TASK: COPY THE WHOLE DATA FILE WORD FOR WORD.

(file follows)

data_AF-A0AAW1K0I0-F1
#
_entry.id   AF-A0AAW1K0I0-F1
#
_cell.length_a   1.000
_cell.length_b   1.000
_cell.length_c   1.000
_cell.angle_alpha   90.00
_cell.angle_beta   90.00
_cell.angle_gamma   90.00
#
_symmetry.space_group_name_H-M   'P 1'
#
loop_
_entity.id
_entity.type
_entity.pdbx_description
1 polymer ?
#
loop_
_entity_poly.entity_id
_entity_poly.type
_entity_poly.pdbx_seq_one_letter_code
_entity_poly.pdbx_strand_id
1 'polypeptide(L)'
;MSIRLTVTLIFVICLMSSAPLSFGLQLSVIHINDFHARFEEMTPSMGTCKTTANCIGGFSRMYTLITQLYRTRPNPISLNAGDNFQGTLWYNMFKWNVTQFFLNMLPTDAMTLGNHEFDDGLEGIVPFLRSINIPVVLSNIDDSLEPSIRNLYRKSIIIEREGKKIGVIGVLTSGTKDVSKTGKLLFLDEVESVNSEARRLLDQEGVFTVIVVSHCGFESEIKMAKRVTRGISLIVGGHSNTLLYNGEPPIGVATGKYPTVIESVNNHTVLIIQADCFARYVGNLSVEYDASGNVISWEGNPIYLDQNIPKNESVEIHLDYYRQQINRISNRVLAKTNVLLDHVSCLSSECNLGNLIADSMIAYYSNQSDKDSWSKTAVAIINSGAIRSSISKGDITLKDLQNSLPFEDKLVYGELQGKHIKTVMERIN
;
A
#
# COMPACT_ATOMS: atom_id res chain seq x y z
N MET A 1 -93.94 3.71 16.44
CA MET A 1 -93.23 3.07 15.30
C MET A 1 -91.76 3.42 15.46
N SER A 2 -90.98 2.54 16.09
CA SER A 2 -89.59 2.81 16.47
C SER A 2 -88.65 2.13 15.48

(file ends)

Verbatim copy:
data_AF-A0AAW1K0I0-F1
#
_entry.id   AF-A0AAW1K0I0-F1
#
_cell.length_a   1.000
_cell.length_b   1.000
_cell.length_c   1.000
_cell.angle_alpha   90.00
_cell.angle_beta   90.00
_cell.angle_gamma   90.00
#
_symmetry.space_group_name_H-M   'P 1'
#
loop_
_entity.id
_entity.type
_entity.pdbx_description
1 polymer ?
#
loop_
_entity_poly.entity_id
_entity_poly.type
_entity_poly.pdbx_seq_one_letter_code
_entity_poly.pdbx_strand_id
1 'polypeptide(L)'
;MSIRLTVTLIFVICLMSSAPLSFGLQLSVIHINDFHARFEEMTPSMGTCKTTANCIGGFSRMYTLITQLYRTRPNPISLNAGDNFQGTLWYNMFKWNVTQFFLNMLPTDAMTLGNHEFDDGLEGIVPFLRSINIPVVLSNIDDSLEPSIRNLYRKSIIIEREGKKIGVIGVLTSGTKDVSKTGKLLFLDEVESVNSEARRLLDQEGVFTVIVVSHCGFESEIKMAKRVTRGISLIVGGHSNTLLYNGEPPIGVATGKYPTVIESVNNHTVLIIQADCFARYVGNLSVEYDASGNVISWEGNPIYLDQNIPKNESVEIHLDYYRQQINRISNRVLAKTNVLLDHVSCLSSECNLGNLIADSMIAYYSNQSDKDSWSKTAVAIINSGAIRSSISKGDITLKDLQNSLPFEDKLVYGELQGKHIKTVMERIN
;
A
#
# COMPACT_ATOMS: atom_id res chain seq x y z
N MET A 1 -93.94 3.71 16.44
CA MET A 1 -93.23 3.07 15.30
C MET A 1 -91.76 3.42 15.46
N SER A 2 -90.98 2.54 16.09
CA SER A 2 -89.59 2.81 16.47
C SER A 2 -88.65 2.13 15.48